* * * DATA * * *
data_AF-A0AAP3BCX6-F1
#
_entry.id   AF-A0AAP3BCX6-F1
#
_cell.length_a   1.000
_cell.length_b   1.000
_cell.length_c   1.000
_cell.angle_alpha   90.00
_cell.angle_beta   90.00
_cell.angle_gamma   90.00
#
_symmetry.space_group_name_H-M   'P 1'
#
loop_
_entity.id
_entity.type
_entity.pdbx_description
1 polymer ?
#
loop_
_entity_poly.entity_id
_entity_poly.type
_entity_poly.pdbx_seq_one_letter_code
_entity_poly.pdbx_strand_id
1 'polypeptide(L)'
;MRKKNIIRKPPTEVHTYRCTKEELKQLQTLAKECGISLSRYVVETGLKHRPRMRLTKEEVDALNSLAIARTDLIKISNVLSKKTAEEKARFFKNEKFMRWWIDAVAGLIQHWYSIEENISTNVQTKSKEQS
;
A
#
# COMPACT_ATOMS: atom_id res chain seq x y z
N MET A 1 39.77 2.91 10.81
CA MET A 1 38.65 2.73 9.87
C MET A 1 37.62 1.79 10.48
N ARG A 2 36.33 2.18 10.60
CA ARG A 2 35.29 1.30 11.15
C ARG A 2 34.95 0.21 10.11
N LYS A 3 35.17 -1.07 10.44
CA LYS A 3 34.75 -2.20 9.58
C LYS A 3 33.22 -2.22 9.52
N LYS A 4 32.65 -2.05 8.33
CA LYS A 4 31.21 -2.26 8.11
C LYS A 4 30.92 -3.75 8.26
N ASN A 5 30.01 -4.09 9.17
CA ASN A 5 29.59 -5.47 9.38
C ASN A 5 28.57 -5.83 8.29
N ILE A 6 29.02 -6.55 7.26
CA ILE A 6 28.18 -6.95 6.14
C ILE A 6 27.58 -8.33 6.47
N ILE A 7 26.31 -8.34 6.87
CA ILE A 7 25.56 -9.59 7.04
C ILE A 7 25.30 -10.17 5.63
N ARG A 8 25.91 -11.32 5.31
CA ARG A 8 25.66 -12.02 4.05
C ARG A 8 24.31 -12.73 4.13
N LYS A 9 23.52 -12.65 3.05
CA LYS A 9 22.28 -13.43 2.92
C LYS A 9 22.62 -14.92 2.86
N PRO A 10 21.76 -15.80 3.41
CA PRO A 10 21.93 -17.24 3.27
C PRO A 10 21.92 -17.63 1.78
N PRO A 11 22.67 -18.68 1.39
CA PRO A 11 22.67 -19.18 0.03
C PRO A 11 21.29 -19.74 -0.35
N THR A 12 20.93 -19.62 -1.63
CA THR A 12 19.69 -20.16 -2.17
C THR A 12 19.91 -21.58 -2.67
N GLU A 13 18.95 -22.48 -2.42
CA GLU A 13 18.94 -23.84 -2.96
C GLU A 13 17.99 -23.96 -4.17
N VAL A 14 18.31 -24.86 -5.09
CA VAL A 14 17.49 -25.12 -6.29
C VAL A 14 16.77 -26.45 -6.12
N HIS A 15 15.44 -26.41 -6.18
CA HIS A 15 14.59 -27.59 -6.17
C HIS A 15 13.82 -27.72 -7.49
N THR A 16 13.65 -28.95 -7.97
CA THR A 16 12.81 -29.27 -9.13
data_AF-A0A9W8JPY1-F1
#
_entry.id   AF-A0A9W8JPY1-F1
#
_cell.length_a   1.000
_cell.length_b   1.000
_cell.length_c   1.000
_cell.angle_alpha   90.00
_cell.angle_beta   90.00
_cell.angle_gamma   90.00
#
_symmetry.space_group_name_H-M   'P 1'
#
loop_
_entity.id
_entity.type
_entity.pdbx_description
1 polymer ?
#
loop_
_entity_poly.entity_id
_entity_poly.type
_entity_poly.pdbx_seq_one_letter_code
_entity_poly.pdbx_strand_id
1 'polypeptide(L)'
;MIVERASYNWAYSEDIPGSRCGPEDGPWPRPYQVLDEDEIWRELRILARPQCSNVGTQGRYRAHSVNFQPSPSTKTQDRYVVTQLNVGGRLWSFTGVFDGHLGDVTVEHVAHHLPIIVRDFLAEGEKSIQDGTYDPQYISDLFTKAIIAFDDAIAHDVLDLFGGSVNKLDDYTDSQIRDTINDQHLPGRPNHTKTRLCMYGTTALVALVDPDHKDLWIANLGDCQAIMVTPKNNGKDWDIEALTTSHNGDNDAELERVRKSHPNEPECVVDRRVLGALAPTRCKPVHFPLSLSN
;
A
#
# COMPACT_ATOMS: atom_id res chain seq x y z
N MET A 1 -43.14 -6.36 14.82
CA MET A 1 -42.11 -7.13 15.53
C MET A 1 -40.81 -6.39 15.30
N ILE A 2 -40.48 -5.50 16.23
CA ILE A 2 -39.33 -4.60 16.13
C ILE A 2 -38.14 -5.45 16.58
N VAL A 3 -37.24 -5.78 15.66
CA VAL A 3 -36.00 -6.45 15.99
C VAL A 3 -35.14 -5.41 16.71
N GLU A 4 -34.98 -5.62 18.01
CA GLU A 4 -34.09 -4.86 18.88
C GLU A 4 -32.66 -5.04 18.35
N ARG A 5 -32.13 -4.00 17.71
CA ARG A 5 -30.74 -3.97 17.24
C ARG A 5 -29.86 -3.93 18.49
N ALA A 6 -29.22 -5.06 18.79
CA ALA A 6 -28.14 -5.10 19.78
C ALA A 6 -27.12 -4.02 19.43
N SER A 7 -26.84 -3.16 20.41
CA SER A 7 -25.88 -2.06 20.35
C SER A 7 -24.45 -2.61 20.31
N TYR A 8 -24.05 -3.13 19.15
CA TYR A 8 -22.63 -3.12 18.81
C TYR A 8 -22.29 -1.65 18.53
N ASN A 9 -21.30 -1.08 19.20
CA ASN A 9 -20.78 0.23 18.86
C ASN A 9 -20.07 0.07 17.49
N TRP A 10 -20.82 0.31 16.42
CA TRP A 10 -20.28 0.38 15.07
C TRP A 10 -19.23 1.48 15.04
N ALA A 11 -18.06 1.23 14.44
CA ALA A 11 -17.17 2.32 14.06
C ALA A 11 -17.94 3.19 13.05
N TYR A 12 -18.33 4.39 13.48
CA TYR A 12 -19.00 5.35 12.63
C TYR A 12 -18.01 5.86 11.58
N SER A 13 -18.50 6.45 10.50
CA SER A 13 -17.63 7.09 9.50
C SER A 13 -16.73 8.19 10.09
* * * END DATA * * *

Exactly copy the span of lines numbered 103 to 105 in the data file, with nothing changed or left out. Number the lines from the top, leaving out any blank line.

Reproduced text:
;MIVERASYNWAYSEDIPGSRCGPEDGPWPRPYQVLDEDEIWRELRILARPQCSNVGTQGRYRAHSVNFQPSPSTKTQDRYVVTQLNVGGRLWSFTGVFDGHLGDVTVEHVAHHLPIIVRDFLAEGEKSIQDGTYDPQYISDLFTKAIIAFDDAIAHDVLDLFGGSVNKLDDYTDSQIRDTINDQHLPGRPNHTKTRLCMYGTTALVALVDPDHKDLWIANLGDCQAIMVTPKNNGKDWDIEALTTSHNGDNDAELERVRKSHPNEPECVVDRRVLGALAPTRCKPVHFPLSLSN
;
A